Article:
Cessna Firewall Cracks Raise Concerns

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FBO Wants AD...

A Midwest FBO wants the FAA to step in on a defect issue with late-model Cessna Skyhawks. Shawn Sayle, maintenance manager of Langa Air, in East Alton, Ill., said all of the company's eight Skyhawks have developed cracks in the firewalls within the first 200 hours. Although Cessna has issued Mandatory Service Bulletin 985302 and developed a repair kit, Sayle said he would like to see an Airworthiness Directive (AD) issued by the FAA. To that end he's sent a Malfunction and Defect report to the feds but hasn't heard back. Sayle speculates the problem may be due to the relocation of the battery on the firewall and that landings -- especially nose-first ones -- cause the firewall to flex with the weight of the battery and the cracks to form. According to Sayle, the cracks may be difficult to spot during routine inspections because of the firewall insulation.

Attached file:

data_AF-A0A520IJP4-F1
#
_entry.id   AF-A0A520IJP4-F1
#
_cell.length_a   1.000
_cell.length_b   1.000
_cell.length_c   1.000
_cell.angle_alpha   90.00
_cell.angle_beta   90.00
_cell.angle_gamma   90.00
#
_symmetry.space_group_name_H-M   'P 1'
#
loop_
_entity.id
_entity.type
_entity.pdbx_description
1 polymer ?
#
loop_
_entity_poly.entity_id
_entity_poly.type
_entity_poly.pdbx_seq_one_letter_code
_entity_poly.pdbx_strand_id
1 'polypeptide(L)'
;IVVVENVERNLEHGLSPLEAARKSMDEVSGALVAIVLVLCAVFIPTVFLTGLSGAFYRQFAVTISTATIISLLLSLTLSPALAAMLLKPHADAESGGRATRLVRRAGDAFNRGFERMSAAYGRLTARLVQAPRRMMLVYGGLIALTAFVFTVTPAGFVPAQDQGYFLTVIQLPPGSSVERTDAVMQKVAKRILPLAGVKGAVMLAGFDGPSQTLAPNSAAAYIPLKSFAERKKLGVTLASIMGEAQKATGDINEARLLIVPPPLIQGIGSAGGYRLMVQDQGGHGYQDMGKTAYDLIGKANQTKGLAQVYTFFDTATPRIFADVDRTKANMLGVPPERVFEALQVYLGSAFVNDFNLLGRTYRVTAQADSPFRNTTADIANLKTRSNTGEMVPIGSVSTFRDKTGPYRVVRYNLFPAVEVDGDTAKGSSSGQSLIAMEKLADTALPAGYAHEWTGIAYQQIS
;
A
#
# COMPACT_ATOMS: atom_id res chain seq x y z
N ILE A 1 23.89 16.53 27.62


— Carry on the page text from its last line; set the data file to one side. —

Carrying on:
...Can Be Costly

Even though Langa's maintenance staff was well-versed on the problem, one of the cracks they discovered had grown to two and seven-eighths of an inch, just under the maximum length of three inches that can be repaired by the relatively inexpensive Cessna repair kit. The kit consists of a doubler and a brace to shore up the firewall. Had the crack been a little longer, a new firewall would have been required ... a job Sayle said would entail more than 40 hours of work and cost thousands of dollars. "I'm just trying to get the word out," said Sayle. "I'm trying to save some people some time." AVweb contacted Jessica Myers, Cessna's manager of corporate communications, four times over a period of four days to discuss the firewall issue, but the company was unable to supply us with a comment.